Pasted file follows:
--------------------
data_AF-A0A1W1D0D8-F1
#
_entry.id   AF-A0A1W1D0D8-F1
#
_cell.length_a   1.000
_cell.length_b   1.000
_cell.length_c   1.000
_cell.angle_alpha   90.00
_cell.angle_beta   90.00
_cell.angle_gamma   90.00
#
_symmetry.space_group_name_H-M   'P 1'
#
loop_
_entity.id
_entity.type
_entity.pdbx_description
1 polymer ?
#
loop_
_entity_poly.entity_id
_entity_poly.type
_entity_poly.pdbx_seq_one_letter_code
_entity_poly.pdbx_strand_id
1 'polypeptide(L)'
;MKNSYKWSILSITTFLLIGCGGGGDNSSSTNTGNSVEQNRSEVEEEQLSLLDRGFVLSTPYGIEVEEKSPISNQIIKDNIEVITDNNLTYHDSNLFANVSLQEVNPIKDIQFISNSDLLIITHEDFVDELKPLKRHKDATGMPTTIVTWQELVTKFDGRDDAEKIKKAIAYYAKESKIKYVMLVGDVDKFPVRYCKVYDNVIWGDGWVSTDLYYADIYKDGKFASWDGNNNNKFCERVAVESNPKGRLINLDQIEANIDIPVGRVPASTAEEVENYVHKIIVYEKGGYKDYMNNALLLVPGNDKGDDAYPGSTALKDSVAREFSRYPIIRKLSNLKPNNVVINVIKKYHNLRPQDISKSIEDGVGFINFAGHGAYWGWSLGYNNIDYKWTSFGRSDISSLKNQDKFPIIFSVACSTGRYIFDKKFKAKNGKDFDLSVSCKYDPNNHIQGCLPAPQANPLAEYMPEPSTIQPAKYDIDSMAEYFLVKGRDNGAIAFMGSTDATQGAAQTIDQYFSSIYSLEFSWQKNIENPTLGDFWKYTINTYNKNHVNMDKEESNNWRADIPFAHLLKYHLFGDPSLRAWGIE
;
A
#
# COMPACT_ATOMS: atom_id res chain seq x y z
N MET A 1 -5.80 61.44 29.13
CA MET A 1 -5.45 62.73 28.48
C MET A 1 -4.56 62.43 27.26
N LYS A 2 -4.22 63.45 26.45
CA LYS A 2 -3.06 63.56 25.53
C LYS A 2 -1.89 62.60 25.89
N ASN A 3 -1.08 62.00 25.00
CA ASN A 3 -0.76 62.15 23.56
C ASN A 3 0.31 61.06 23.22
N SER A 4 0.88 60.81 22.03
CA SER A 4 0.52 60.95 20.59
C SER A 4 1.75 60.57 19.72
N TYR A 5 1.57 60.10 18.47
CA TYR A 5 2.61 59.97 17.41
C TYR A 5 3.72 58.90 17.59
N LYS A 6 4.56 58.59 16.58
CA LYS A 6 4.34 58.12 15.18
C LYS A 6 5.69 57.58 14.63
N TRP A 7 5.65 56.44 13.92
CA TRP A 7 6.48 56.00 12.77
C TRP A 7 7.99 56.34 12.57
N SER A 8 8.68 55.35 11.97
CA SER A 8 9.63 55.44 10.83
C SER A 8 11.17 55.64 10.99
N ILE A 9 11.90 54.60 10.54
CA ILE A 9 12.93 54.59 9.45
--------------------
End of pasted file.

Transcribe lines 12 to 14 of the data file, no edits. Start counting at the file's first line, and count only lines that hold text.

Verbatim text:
_symmetry.space_group_name_H-M   'P 1'
#
loop_